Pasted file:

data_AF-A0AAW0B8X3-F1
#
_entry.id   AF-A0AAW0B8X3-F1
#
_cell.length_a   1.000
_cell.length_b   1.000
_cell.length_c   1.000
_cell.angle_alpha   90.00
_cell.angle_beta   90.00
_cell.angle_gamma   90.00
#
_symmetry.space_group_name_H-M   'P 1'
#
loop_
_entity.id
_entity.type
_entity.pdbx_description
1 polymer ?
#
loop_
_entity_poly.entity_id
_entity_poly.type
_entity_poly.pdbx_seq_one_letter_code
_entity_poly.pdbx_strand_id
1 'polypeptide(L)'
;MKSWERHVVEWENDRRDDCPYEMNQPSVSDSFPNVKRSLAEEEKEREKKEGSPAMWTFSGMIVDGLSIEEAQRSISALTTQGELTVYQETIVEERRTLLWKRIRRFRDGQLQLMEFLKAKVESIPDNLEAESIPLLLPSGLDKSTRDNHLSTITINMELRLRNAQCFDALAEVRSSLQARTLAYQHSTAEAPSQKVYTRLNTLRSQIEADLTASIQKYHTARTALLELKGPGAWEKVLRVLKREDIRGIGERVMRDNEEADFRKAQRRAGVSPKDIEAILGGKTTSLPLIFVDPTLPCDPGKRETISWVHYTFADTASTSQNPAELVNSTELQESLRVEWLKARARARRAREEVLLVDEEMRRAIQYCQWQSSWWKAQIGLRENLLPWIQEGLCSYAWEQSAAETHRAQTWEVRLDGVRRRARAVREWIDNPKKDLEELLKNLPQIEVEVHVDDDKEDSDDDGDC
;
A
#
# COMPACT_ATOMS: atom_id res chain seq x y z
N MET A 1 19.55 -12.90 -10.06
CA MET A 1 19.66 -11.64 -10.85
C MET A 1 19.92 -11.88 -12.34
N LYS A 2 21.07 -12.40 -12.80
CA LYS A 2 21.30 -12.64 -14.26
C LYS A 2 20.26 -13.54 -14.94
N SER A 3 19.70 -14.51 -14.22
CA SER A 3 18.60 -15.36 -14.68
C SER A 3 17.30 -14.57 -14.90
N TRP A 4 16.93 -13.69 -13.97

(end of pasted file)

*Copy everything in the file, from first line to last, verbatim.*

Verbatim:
data_AF-A0AAW0B8X3-F1
#
_entry.id   AF-A0AAW0B8X3-F1
#
_cell.length_a   1.000
_cell.length_b   1.000
_cell.length_c   1.000
_cell.angle_alpha   90.00
_cell.angle_beta   90.00
_cell.angle_gamma   90.00
#
_symmetry.space_group_name_H-M   'P 1'
#
loop_
_entity.id
_entity.type
_entity.pdbx_description
1 polymer ?
#
loop_
_entity_poly.entity_id
_entity_poly.type
_entity_poly.pdbx_seq_one_letter_code
_entity_poly.pdbx_strand_id
1 'polypeptide(L)'
;MKSWERHVVEWENDRRDDCPYEMNQPSVSDSFPNVKRSLAEEEKEREKKEGSPAMWTFSGMIVDGLSIEEAQRSISALTTQGELTVYQETIVEERRTLLWKRIRRFRDGQLQLMEFLKAKVESIPDNLEAESIPLLLPSGLDKSTRDNHLSTITINMELRLRNAQCFDALAEVRSSLQARTLAYQHSTAEAPSQKVYTRLNTLRSQIEADLTASIQKYHTARTALLELKGPGAWEKVLRVLKREDIRGIGERVMRDNEEADFRKAQRRAGVSPKDIEAILGGKTTSLPLIFVDPTLPCDPGKRETISWVHYTFADTASTSQNPAELVNSTELQESLRVEWLKARARARRAREEVLLVDEEMRRAIQYCQWQSSWWKAQIGLRENLLPWIQEGLCSYAWEQSAAETHRAQTWEVRLDGVRRRARAVREWIDNPKKDLEELLKNLPQIEVEVHVDDDKEDSDDDGDC
;
A
#
# COMPACT_ATOMS: atom_id res chain seq x y z
N MET A 1 19.55 -12.90 -10.06
CA MET A 1 19.66 -11.64 -10.85
C MET A 1 19.92 -11.88 -12.34
N LYS A 2 21.07 -12.40 -12.80
CA LYS A 2 21.30 -12.64 -14.26
C LYS A 2 20.26 -13.54 -14.94
N SER A 3 19.70 -14.51 -14.22
CA SER A 3 18.60 -15.36 -14.68
C SER A 3 17.30 -14.57 -14.90
N TRP A 4 16.93 -13.69 -13.97